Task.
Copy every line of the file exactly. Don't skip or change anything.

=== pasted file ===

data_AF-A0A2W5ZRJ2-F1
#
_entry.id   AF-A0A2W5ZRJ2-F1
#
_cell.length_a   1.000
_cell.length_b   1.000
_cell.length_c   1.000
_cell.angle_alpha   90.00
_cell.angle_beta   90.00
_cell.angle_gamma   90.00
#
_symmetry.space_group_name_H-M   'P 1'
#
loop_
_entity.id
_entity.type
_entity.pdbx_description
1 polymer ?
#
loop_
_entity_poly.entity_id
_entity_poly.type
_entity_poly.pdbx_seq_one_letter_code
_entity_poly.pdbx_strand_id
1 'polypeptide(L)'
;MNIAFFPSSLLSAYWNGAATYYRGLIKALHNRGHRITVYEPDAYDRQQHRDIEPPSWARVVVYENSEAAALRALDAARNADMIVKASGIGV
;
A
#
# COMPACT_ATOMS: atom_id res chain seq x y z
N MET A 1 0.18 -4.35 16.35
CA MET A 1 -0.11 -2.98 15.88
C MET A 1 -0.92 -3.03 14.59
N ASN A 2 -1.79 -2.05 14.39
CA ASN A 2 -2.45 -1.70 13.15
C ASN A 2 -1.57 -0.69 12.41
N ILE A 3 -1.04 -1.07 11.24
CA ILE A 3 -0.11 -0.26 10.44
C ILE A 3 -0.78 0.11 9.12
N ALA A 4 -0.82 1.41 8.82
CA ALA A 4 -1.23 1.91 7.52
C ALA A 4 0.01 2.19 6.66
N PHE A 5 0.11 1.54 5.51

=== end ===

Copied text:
data_AF-A0A2W5ZRJ2-F1
#
_entry.id   AF-A0A2W5ZRJ2-F1
#
_cell.length_a   1.000
_cell.length_b   1.000
_cell.length_c   1.000
_cell.angle_alpha   90.00
_cell.angle_beta   90.00
_cell.angle_gamma   90.00
#
_symmetry.space_group_name_H-M   'P 1'
#
loop_
_entity.id
_entity.type
_entity.pdbx_description
1 polymer ?
#
loop_
_entity_poly.entity_id
_entity_poly.type
_entity_poly.pdbx_seq_one_letter_code
_entity_poly.pdbx_strand_id
1 'polypeptide(L)'
;MNIAFFPSSLLSAYWNGAATYYRGLIKALHNRGHRITVYEPDAYDRQQHRDIEPPSWARVVVYENSEAAALRALDAARNADMIVKASGIGV
;
A
#
# COMPACT_ATOMS: atom_id res chain seq x y z
N MET A 1 0.18 -4.35 16.35
CA MET A 1 -0.11 -2.98 15.88
C MET A 1 -0.92 -3.03 14.59
N ASN A 2 -1.79 -2.05 14.39
CA ASN A 2 -2.45 -1.70 13.15
C ASN A 2 -1.57 -0.69 12.41
N ILE A 3 -1.04 -1.07 11.24
CA ILE A 3 -0.11 -0.26 10.44
C ILE A 3 -0.78 0.11 9.12
N ALA A 4 -0.82 1.41 8.82
CA ALA A 4 -1.23 1.91 7.52
C ALA A 4 0.01 2.19 6.66
N PHE A 5 0.11 1.54 5.51